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Alzheimer’s and the Summer Solstice

June is Alzheimer’s and Brain Awareness Month, a time when we show support for those suffering with dementia. While the awareness is spread over the entire month there is a special emphasis on June 20th . . . that’s right, the summer solstice, the longest day of the year. That’s been tagged as, “the day with the most light is the day we fight.”

We all know someone who has fought the debilitating effects of Alzheimer’s but many of us don’t know very much about this terrible disease. Although everyone’s brain changes as they age, it’s important to understand that Alzheimer’s disease is not a normal part of aging. Memory loss is typically one of the first warning signs of Alzheimer’s disease, but occasionally forgetting words or names does not mean a person has Alzheimer’s. There are other signs that someone in the early stages of Alzheimer’s disease may experience in addition to memory problems.

In the early stages of the disease, these can include:

  • Getting lost in familiar places
  • Having trouble handling money and paying bills
  • Repeating questions
  • Taking longer to complete normal daily tasks
  • Displaying poor judgment
  • Losing things or misplacing them in odd places
  • Displaying mood and personality changes


Early diagnosis is important to helping people deal with this disease. Many aspects of Alzheimer’s are not known or misunderstood. Here’s some things you may not know about Alzheimer’s:

  • Many Seniors Living With Alzheimer’s Do Not Know They Have It – the early signs of dementia include problems speaking or finding the right words during conversations, behavioral changes and difficulty with daily tasks like dressing. However according to the Alzheimer’s Association, even after these symptoms are recognized by a health professional, only 45% of patients are told by their doctors of their diagnosis. The failure to disclose the diagnosis to patients and their caregivers can prevent seniors from receiving the early treatment they need.
  • Dementia Impacts More People Ever Year – It is estimated that around 44 million people in the world are currently living with dementia. While this is already a high number, it’s supposed to continue to increase over the years, rising to 135 million people by 2050.
  • Alzheimer’s Often Leads To Premature Death – Many people know that Alzheimer’s disease causes debilitating memory loss that can make daily tasks difficult. However, it’s essential that individuals are aware that Alzheimer’s is actually the sixth leading cause of death among the U.S. population, explained the Alzheimer’s Association. As there is currently no cure for dementia, the disease is the only illness in the country’s top 10 causes of death that can’t be prevented.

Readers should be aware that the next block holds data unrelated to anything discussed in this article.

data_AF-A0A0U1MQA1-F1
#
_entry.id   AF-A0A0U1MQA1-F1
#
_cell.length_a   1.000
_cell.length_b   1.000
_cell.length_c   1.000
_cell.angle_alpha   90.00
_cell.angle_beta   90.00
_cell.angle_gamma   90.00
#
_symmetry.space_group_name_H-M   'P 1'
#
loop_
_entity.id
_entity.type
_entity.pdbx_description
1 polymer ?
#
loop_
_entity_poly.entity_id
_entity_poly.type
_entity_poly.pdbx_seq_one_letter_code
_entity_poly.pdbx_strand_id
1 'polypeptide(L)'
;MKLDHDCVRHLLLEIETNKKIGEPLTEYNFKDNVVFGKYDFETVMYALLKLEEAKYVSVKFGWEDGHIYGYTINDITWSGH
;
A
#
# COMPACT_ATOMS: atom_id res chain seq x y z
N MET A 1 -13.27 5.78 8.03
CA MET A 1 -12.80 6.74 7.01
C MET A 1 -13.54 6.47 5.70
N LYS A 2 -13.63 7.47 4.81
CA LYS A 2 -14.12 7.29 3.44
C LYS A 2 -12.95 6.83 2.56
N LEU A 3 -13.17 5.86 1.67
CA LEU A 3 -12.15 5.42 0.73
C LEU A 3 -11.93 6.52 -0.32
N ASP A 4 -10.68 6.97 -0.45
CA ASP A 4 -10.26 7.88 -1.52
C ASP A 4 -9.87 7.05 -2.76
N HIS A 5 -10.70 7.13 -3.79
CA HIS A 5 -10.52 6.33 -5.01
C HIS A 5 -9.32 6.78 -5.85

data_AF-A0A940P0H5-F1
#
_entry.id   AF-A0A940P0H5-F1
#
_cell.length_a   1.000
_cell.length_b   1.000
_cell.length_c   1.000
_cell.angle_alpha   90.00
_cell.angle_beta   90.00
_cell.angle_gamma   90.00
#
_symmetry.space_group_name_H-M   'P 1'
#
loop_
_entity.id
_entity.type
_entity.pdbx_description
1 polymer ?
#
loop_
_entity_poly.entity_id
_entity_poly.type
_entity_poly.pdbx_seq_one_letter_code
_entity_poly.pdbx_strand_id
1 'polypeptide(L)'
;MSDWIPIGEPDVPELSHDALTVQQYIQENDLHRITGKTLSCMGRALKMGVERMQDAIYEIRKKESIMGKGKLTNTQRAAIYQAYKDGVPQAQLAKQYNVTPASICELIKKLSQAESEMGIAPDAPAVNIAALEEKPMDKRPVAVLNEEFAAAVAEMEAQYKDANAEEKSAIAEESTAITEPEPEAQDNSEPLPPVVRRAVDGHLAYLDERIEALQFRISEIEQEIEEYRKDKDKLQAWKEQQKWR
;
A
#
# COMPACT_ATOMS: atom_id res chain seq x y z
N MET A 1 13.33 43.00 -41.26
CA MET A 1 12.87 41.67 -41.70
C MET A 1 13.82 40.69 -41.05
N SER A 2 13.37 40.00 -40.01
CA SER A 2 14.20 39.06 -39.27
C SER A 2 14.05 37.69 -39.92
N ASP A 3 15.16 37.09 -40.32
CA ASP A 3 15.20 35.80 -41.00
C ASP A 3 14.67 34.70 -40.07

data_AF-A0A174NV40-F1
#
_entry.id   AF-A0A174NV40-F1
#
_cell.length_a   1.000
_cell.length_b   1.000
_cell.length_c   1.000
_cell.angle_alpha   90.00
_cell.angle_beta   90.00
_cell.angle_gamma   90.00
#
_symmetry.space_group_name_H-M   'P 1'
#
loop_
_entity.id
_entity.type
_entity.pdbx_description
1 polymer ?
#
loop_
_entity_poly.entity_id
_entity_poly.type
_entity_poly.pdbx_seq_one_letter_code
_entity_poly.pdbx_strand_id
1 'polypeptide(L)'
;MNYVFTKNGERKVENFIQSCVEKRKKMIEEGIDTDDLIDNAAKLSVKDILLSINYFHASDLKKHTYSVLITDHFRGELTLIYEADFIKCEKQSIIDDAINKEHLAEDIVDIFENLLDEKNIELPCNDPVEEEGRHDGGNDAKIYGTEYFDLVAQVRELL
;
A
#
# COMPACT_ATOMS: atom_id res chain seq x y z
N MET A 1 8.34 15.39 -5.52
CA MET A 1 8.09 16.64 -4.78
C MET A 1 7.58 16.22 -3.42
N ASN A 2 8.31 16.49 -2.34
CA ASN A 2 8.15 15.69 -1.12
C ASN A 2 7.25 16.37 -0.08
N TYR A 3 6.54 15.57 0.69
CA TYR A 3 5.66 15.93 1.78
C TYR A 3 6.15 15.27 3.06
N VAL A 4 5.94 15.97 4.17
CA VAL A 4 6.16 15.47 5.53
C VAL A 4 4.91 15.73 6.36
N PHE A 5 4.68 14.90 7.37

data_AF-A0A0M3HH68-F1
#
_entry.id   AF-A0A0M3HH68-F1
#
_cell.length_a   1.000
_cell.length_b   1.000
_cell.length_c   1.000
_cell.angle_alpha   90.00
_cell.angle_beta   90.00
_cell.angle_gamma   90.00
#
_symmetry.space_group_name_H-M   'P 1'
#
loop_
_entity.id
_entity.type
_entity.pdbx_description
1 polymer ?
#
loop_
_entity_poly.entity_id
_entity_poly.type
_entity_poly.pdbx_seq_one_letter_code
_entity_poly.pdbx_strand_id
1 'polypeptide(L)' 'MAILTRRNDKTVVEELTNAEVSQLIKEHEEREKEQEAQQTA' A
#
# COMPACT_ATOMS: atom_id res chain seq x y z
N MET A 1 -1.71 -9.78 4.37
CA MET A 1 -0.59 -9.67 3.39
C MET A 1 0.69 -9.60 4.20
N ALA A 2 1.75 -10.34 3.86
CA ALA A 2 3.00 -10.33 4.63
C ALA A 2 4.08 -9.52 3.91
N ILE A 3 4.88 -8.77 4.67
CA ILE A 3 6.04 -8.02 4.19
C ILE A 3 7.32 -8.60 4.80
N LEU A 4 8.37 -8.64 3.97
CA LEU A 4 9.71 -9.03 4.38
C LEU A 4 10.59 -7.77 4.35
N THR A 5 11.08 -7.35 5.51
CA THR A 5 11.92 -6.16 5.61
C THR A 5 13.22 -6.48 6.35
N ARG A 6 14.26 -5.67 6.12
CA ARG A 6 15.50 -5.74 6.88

I didn’t realize the lack of awareness and diagnosis of this disease or the number of people it affects. I did know that there is no cure. Alzheimer’s is complicated. I remember something that was said during a conference I attended. They said, referring to Alzheimer’s, “Once you’ve seen one person with Alzheimer’s you’ve seen one person with Alzheimer’s.” It is a very complex disease and the search for a cure continues.

There is always the question of when it’s appropriate to have a dementia evaluation. It’s time to consult a doctor when memory lapses become frequent enough or sufficiently noticeable to concern you or a family member. If you get to that point, make an appointment as soon as possible to talk with a primary physician to have a thorough physical examination. Your doctor can assess your personal risk factors, evaluate your symptoms, eliminate reversible causes of memory loss, and help obtain appropriate care. Early diagnosis can treat reversible causes of memory loss, or improve the quality of life in patients with Alzheimer’s or other types of dementia.

You might consider having your loved one screened for dementia if they have begun having difficulty with the following:

  • Remembering new things
  • Dealing with numbers and logical thinking
  • Performing familiar activities
  • Understanding the passage of time: change of months/seasons
  • Changes in vision or perception
  • Carrying on a conversation
  • Losing things
  • Poor decision making
  • Socializing/ hobbies
  • Drastic change in personality or mood


As I’ve worked over the years with national Alzheimer’s organizations, I’ve seen their perseverance and commitment. This month gives us a chance to give of ourselves in the fight to find a cure. June 20th, the longest day, offers us three ways to give of ourselves – donate, fund raise, or volunteer. Click here to get ideas on how you can more effectively help in one of the three areas.

Alzheimer’s can rob us of experiencing some of the greatest joys of our life. Science continues to make strides in understanding how this disease works. We need to help support this work. While we will most certainly be working for those who are experiencing dementia, we may also be working to change our own lives, as many of us will face the life changing effects of Alzheimer’s in the future.

Best, Thair



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